I’ve included some photos to give you an idea of the atmosphere.
As I watched with some friends from the sidelines, I noticed how the march truly did seem like a parade—there were noticeable separate groups, distinguishable by their slogan, chant and demographic. There was the group waving Palestinian and Egyptian flags—perhaps a Middle Eastern revolutionary pride group? Then there was a group lead by a man with a Che Guevara cape—Latin American-inspired radical socialist group? The most powerful though, was the veiled women holding photos of their presumably disappeared husbands, brothers, sisters, daughters and sons. To Western eyes, it was incredible seeing women with only their eyes showing demonstrating against human rights abuses. This movement of mothers organizing to demand the return of their disappeared family members dates back to the years of oppression during the previous king Hassan II. Just as the Madres de Plaza de Mayo of Argentina do, they use the sympathies and social immunity afforded to them as mothers to call for justice. One of my friends speculated that the conservative veiling was not in deference to modesty but instead to protect their identity. There also was a puzzlingly well organized group of men who walked in perfectly parallel lines. The different factions occasionally united to chant together, lead by veteran protesters who were recognizable by their standard issue revolutionary attire: army green coats, that checkered scarf (you know the one, what’s it called?) and defiantly held-up peace signs. However, these groupings speak to one of the weaknesses of the Moroccan protest movement.
Moroccans, like many around the world, like to protest. Protesters are a regular fixture outside Parliament. However, these protesters are rarely united by a single issue, making Sunday’s protest cohesive demand of reforming the structure of the government and possibly the constitution all the more unique and credible.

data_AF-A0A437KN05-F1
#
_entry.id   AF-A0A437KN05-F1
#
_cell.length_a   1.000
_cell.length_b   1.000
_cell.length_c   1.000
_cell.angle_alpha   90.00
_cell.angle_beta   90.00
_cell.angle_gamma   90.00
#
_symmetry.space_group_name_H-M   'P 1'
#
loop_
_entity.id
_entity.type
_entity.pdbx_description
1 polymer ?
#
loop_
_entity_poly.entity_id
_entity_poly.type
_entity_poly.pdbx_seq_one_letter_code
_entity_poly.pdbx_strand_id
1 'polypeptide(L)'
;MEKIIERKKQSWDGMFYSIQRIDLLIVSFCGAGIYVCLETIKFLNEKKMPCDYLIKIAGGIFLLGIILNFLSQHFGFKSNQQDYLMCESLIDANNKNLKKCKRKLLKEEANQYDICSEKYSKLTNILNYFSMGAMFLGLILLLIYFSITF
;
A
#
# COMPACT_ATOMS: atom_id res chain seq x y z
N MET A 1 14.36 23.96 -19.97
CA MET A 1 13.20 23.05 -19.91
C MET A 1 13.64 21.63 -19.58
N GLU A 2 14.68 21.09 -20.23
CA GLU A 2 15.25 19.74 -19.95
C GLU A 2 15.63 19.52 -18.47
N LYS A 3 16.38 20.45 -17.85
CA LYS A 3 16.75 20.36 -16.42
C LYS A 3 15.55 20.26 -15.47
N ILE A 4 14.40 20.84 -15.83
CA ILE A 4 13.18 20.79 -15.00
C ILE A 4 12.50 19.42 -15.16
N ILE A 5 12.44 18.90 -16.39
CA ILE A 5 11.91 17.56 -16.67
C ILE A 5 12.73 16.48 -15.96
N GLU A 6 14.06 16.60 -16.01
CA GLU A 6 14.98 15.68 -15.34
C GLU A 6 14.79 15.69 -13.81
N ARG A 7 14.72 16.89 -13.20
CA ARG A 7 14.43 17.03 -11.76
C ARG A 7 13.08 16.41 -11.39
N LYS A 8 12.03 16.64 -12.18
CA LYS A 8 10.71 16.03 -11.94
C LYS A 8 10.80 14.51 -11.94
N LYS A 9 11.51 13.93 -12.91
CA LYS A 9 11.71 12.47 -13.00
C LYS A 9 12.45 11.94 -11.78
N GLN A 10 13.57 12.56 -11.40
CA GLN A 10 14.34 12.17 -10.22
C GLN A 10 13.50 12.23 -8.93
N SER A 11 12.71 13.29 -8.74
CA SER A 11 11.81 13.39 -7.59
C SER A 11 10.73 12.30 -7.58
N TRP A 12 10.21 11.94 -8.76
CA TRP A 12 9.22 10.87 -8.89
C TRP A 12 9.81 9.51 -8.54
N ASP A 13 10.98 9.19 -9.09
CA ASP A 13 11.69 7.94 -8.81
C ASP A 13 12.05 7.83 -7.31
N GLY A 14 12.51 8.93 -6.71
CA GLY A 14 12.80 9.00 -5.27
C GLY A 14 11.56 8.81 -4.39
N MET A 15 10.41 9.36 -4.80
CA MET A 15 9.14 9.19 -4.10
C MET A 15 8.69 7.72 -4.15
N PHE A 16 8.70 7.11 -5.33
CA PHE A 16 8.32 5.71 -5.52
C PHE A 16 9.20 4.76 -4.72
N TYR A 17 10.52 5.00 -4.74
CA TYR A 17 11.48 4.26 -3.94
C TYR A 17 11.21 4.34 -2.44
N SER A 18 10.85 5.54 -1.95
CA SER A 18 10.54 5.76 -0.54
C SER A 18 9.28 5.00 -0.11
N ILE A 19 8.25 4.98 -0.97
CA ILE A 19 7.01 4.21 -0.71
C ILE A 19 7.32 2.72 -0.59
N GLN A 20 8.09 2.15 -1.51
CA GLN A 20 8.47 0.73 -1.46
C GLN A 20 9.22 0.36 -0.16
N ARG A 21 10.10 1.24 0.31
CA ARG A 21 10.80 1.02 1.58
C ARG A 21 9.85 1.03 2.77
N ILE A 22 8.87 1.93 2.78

Still, there remains such a plethora of special-interest groups that there is no cohesive opposition party with clear demands. The result is that within the political sphere there is little possibility for real change. And this reality is why there should be any concern for unrest in Morocco. On the radio, my academic director heard a caller ask say that the protesters simply should create a party, call it the February 20th Party. Another caller responded and said the problem is that that party would not get any votes, there simply are too many competing parties out there. Perhaps because of the stratification of the parties, voter turn out is low, the last election only 37% of the eligible voting population participated. Obviously, political discourse in Morocco is lacking.
There are a few explanations for this—the electoral system, the diverse nature of Moroccan society, simply that there are a lot of things to complain about and the conspiracy theory—fractured opposition is easier for the king and his supporters to control.